Then, examples of modified elastomers include acid anhydride-modified substances, epoxy-modified substances or hydroxy-modified substances of diene elastomers such as a polybuthadiene, a styrene/buthadiene rubber, an acrylonitrile/buthadiene rubber, an acrylonitrile/styrene/buthadiene rubber, methyl methacrylate/styrene/buthadiene, an isopropylene rubber and a chloroprene rubber; acid anhydride-modified substances, epoxy-modified substances or carboxy-modified substances of hydrogenated diene elastomers; acid anhydride-modified substances, epoxy-modified substances, carboxy-modified substances or hydroxy-modified substances of olefin elastomers such as an ethylene/propylene (ethylidene norbornene) rubber, a butyl rubber, an ethylene/vinyl acetate rubber and ethylene/methyl acrylate; acid anhydride-modified substances, epoxy-modified substances or amino-modified substances of an acrylic rubber mainly composed by ethyl acrylate; epoxy-modified substances, hydroxy-modified substances or amio-modified substances of a polysiloxane; and the like.

Selection of those elastomer components provides the resin compositions with physical properties such as low temperature izod impact strength, oil resistance, molding properties and weather resistance. The use of modified substances of diene elastomers provides them with low temperature izod impact strength, and the modified substances of olefin elastomers and acrylic elastomers provide them with weather resistance and izod impact strength.

The reactive group content of the whole elastomer is 0.001 to 30 mole %, preferably 0.01 to 20 mole %, and more preferably 0.05 to 5 mole %.

Then, to the resin composition of the present invention may be also added a third component capable of reacting with the reactive group of the maleimide copolymer and/or modified elastomer. Examples of the combination include maleic anhydride-modified maleimide copolymer/maleic anhydride-modified elastomer/diamino compounds such as diaminodiphenyl ether and the like, and hydroxy-modified maleimide copolymer/hydroxy-modified elastomer/diepoxy compounds such as diglycidyl phthalate and the like.

The polyamide resins making up the resin compositions of the present invention are polyamides obtained from the ring opening polymerization of lactam such as ε-caprolactam and ω-dodecalactam; polyamides obtained from amino acids such as 6-aminocapronic acid, 11-aminoundecanoic acid and 12-aminododecanoic acid; polyamides obtained from aliphatic, cycloaliphatic and aromatic diamines such as ethylenediamine, tetramethylenediamine, hexamethylenediamine, undecamethylenediamine, dodecamethylenediamine, 2,2,4-trimethylhexamethylenediamine, 1,3- or 1,4-bis(aminomethyl)cyclohexane, bis(4,4'-aminocyclohexyl)methane, methaxylenediamine and paraxylenediamine, and aliphatic, cycloaliphatic and aromatic dicarboxylic acid such as adipic acid, suberic acid, sebacic acid, dodecane diacid, 1,4-cyclohexnedicarboxylic acid, isophthalic acid and terephthalic acid, and copolymers and mixture thereof. Among them, nylon 6, nylon 66, nylon 610, nylon 612, nylon 11, nylon 12, nylon 46 are useful.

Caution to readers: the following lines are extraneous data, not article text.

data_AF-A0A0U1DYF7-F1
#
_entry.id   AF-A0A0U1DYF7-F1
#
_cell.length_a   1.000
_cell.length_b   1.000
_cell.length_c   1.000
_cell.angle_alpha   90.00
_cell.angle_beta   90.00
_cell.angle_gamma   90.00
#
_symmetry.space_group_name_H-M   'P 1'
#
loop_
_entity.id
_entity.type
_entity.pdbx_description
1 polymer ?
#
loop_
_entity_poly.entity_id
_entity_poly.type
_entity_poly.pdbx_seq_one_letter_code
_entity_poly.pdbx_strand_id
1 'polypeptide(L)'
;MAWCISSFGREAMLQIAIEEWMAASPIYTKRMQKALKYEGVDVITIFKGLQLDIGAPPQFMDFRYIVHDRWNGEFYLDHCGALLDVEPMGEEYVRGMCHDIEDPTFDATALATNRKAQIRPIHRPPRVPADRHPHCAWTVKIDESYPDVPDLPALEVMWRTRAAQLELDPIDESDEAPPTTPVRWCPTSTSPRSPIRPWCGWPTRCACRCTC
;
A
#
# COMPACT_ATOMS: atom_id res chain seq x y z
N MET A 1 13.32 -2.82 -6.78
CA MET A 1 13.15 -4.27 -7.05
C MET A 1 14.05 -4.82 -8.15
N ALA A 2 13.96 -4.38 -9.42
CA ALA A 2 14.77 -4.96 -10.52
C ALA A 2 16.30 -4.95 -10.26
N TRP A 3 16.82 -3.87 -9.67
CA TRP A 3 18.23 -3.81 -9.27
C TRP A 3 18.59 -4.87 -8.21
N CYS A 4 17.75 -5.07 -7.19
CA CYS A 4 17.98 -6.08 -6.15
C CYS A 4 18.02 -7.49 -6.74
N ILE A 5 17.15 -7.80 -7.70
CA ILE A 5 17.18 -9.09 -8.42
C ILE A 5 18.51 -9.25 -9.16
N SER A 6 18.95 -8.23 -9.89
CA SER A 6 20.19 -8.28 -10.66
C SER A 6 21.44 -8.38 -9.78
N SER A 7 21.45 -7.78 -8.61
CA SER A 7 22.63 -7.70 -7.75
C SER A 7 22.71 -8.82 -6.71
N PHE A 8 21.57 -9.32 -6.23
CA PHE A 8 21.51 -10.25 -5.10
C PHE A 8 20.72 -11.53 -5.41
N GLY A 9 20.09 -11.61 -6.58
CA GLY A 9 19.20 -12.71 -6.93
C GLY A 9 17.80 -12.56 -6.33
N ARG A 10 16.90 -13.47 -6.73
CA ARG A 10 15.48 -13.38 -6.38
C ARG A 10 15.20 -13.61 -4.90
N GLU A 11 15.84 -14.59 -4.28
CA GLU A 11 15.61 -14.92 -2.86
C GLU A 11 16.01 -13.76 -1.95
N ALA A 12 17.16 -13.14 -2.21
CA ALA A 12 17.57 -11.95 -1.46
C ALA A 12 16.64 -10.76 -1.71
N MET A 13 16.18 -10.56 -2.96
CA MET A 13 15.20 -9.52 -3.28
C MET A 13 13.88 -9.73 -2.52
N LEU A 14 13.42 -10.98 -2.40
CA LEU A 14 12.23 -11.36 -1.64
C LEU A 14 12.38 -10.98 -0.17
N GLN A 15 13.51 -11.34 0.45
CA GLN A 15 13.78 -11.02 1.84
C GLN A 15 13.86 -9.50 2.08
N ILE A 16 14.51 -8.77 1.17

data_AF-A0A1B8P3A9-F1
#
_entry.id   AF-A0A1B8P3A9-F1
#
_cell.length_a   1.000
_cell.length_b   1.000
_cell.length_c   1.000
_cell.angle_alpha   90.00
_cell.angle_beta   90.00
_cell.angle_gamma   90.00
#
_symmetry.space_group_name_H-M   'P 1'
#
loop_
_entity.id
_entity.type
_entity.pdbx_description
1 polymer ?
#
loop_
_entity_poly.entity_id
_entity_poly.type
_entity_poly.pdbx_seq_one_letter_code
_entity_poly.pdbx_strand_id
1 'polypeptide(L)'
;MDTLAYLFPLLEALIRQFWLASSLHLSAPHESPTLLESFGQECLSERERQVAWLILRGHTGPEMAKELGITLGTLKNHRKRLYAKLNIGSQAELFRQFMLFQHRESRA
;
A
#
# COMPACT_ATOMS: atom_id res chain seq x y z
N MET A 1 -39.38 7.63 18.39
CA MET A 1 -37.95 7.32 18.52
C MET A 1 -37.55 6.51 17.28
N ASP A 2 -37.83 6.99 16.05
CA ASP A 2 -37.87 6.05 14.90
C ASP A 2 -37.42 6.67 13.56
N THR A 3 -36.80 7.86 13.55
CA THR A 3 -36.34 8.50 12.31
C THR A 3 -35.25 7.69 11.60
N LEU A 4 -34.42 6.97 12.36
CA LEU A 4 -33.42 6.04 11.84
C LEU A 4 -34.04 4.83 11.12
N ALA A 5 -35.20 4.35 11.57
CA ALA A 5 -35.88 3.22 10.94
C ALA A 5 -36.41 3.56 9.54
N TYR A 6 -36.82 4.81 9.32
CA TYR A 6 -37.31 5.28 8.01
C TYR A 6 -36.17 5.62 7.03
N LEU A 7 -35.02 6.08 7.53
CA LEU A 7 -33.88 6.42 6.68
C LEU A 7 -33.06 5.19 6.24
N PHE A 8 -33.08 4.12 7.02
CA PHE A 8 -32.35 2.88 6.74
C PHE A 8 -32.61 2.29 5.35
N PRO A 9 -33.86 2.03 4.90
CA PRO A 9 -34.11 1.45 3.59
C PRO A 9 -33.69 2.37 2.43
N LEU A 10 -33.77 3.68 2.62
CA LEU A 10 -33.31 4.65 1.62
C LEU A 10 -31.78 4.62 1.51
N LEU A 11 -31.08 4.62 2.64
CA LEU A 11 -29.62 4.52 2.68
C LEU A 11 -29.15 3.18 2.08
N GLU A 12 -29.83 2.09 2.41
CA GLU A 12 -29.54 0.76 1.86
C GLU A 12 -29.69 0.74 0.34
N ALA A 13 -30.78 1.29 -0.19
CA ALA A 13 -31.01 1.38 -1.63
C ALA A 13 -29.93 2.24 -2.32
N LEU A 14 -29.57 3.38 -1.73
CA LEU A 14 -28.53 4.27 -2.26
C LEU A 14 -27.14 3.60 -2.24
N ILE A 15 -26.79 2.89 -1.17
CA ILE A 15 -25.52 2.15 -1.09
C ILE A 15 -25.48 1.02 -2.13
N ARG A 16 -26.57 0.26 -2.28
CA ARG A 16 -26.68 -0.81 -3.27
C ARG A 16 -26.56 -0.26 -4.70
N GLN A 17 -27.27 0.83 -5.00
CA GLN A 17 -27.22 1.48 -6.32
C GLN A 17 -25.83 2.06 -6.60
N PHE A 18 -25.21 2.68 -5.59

In general, publicly known melt polymerization, solution polymerization, solid phase polymerization and combined polymerizations thereof can be adopted as the methods for polymerizing these polyamides. Generally, the molecular weight of the polyamides preferably are, but not limited to, 10000 or more.

Some elastomers are preferably blended to the resin compositions of the present invention. The elastomers of macromolecular compounds having glass transition temperatures of 10 C. or less, which are used in resin compositions of the present invention, include olefin elastomers, diene elastomers and hydrogenated elastomers thereof, acrylic elastomers, silicone elastomers, fluorine elastomers and the like. The olefin elastomers and acrylic elastomers are preferred in terms of weather resistance, mechanical strength and the like.

Examples of olefin elastomers include a butyl rubber and an ethylene elastomer. The butyl rubber is mainly composed by a polyisobutylene. The ethylene elastomer, a polyethylenes and copolymer thereof, is composed by 50 mole % or more, preferably 75 mole % or more of ethylene units in the whole elastomer. Examples of other unsaturated monomers capable of copolymerizing with ethylene include α-olefins such as propylene, 1-butene and 1-hexene, vinyl ethers, vinyl esters such as vinyl acetate and vinyl propyonate, acrylic esters, methacrylic esters and acrylonitrile. They may be formed by copolymerization or graft polymerization according to publicly known methods.